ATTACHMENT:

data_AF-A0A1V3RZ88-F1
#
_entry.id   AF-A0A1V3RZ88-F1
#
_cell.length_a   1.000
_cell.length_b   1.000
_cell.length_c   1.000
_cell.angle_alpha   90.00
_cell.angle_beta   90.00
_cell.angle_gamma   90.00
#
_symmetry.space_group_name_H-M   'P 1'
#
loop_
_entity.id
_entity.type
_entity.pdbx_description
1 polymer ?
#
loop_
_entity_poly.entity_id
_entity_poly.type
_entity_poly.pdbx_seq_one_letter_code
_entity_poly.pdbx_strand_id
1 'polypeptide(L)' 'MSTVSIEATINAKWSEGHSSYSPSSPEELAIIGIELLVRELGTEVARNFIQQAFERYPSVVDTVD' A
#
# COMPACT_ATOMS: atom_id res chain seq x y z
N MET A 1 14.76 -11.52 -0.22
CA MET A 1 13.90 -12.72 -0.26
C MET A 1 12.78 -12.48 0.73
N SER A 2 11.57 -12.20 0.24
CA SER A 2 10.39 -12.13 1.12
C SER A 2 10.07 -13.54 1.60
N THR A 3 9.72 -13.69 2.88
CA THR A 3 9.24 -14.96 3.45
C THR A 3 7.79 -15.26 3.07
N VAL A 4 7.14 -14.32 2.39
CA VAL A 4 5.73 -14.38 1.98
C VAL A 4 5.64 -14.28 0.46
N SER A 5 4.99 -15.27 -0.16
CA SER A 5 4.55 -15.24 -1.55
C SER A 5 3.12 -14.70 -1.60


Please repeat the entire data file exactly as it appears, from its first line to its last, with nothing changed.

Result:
data_AF-A0A1V3RZ88-F1
#
_entry.id   AF-A0A1V3RZ88-F1
#
_cell.length_a   1.000
_cell.length_b   1.000
_cell.length_c   1.000
_cell.angle_alpha   90.00
_cell.angle_beta   90.00
_cell.angle_gamma   90.00
#
_symmetry.space_group_name_H-M   'P 1'
#
loop_
_entity.id
_entity.type
_entity.pdbx_description
1 polymer ?
#
loop_
_entity_poly.entity_id
_entity_poly.type
_entity_poly.pdbx_seq_one_letter_code
_entity_poly.pdbx_strand_id
1 'polypeptide(L)' 'MSTVSIEATINAKWSEGHSSYSPSSPEELAIIGIELLVRELGTEVARNFIQQAFERYPSVVDTVD' A
#
# COMPACT_ATOMS: atom_id res chain seq x y z
N MET A 1 14.76 -11.52 -0.22
CA MET A 1 13.90 -12.72 -0.26
C MET A 1 12.78 -12.48 0.73
N SER A 2 11.57 -12.20 0.24
CA SER A 2 10.39 -12.13 1.12
C SER A 2 10.07 -13.54 1.60
N THR A 3 9.72 -13.69 2.88
CA THR A 3 9.24 -14.96 3.45
C THR A 3 7.79 -15.26 3.07
N VAL A 4 7.14 -14.32 2.39
CA VAL A 4 5.73 -14.38 1.98
C VAL A 4 5.64 -14.28 0.46
N SER A 5 4.99 -15.27 -0.16
CA SER A 5 4.55 -15.24 -1.55
C SER A 5 3.12 -14.70 -1.60